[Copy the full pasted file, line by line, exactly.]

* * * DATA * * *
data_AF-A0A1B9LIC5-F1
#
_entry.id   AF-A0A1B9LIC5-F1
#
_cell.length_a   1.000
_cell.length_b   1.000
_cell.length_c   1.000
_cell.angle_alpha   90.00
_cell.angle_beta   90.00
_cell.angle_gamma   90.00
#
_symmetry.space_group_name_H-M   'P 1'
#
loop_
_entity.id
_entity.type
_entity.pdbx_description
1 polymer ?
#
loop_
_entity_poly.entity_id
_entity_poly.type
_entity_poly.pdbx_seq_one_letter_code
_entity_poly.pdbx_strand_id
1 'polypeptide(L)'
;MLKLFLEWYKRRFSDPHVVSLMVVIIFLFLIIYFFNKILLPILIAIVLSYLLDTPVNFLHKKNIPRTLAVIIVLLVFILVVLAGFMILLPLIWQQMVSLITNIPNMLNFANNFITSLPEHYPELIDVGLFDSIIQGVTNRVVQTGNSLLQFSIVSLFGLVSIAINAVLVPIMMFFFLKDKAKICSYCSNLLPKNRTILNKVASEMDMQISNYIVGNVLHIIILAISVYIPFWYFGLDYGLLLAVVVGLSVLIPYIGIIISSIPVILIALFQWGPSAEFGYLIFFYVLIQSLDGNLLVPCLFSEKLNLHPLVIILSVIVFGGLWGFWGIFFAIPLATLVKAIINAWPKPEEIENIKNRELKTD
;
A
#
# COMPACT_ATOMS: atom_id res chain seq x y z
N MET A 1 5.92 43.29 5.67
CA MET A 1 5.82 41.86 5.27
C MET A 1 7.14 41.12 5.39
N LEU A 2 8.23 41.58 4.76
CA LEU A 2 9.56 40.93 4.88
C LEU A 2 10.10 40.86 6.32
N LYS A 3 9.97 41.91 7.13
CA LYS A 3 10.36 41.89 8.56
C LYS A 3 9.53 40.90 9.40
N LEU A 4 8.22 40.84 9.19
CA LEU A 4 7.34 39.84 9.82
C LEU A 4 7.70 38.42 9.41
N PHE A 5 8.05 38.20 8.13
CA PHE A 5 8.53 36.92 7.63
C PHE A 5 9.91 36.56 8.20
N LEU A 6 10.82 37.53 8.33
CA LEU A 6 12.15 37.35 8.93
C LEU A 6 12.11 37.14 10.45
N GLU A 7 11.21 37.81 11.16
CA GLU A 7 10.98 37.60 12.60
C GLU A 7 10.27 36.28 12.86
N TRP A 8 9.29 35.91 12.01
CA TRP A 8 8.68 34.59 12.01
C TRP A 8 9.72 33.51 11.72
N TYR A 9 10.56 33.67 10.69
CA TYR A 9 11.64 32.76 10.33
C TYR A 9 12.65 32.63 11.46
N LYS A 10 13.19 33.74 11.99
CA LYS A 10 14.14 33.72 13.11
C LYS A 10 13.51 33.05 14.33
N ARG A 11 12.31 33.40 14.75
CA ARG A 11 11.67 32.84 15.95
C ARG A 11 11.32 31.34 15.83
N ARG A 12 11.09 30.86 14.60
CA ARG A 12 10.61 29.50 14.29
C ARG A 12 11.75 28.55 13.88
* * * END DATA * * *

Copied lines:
data_AF-A0A1B9LIC5-F1
#
_entry.id   AF-A0A1B9LIC5-F1
#
_cell.length_a   1.000
_cell.length_b   1.000
_cell.length_c   1.000
_cell.angle_alpha   90.00
_cell.angle_beta   90.00
_cell.angle_gamma   90.00
#
_symmetry.space_group_name_H-M   'P 1'
#
loop_
_entity.id
_entity.type
_entity.pdbx_description
1 polymer ?
#
loop_
_entity_poly.entity_id
_entity_poly.type
_entity_poly.pdbx_seq_one_letter_code
_entity_poly.pdbx_strand_id
1 'polypeptide(L)'
;MLKLFLEWYKRRFSDPHVVSLMVVIIFLFLIIYFFNKILLPILIAIVLSYLLDTPVNFLHKKNIPRTLAVIIVLLVFILVVLAGFMILLPLIWQQMVSLITNIPNMLNFANNFITSLPEHYPELIDVGLFDSIIQGVTNRVVQTGNSLLQFSIVSLFGLVSIAINAVLVPIMMFFFLKDKAKICSYCSNLLPKNRTILNKVASEMDMQISNYIVGNVLHIIILAISVYIPFWYFGLDYGLLLAVVVGLSVLIPYIGIIISSIPVILIALFQWGPSAEFGYLIFFYVLIQSLDGNLLVPCLFSEKLNLHPLVIILSVIVFGGLWGFWGIFFAIPLATLVKAIINAWPKPEEIENIKNRELKTD
;
A
#
# COMPACT_ATOMS: atom_id res chain seq x y z
N MET A 1 5.92 43.29 5.67
CA MET A 1 5.82 41.86 5.27
C MET A 1 7.14 41.12 5.39
N LEU A 2 8.23 41.58 4.76
CA LEU A 2 9.56 40.93 4.88
C LEU A 2 10.10 40.86 6.32
N LYS A 3 9.97 41.91 7.13
CA LYS A 3 10.36 41.89 8.56
C LYS A 3 9.53 40.90 9.40
N LEU A 4 8.22 40.84 9.19
CA LEU A 4 7.34 39.84 9.82
C LEU A 4 7.70 38.42 9.41
N PHE A 5 8.05 38.20 8.13
CA PHE A 5 8.53 36.92 7.63
C PHE A 5 9.91 36.56 8.20
N LEU A 6 10.82 37.53 8.33
CA LEU A 6 12.15 37.35 8.93
C LEU A 6 12.11 37.14 10.45
N GLU A 7 11.21 37.81 11.16
CA GLU A 7 10.98 37.60 12.60
C GLU A 7 10.27 36.28 12.86
N TRP A 8 9.29 35.91 12.01
CA TRP A 8 8.68 34.59 12.01
C TRP A 8 9.72 33.51 11.72
N TYR A 9 10.56 33.67 10.69
CA TYR A 9 11.64 32.76 10.33
C TYR A 9 12.65 32.63 11.46
N LYS A 10 13.19 33.74 11.99
CA LYS A 10 14.14 33.72 13.11
C LYS A 10 13.51 33.05 14.33
N ARG A 11 12.31 33.40 14.75
CA ARG A 11 11.67 32.84 15.95
C ARG A 11 11.32 31.34 15.83
N ARG A 12 11.09 30.86 14.60
CA ARG A 12 10.61 29.50 14.29
C ARG A 12 11.75 28.55 13.88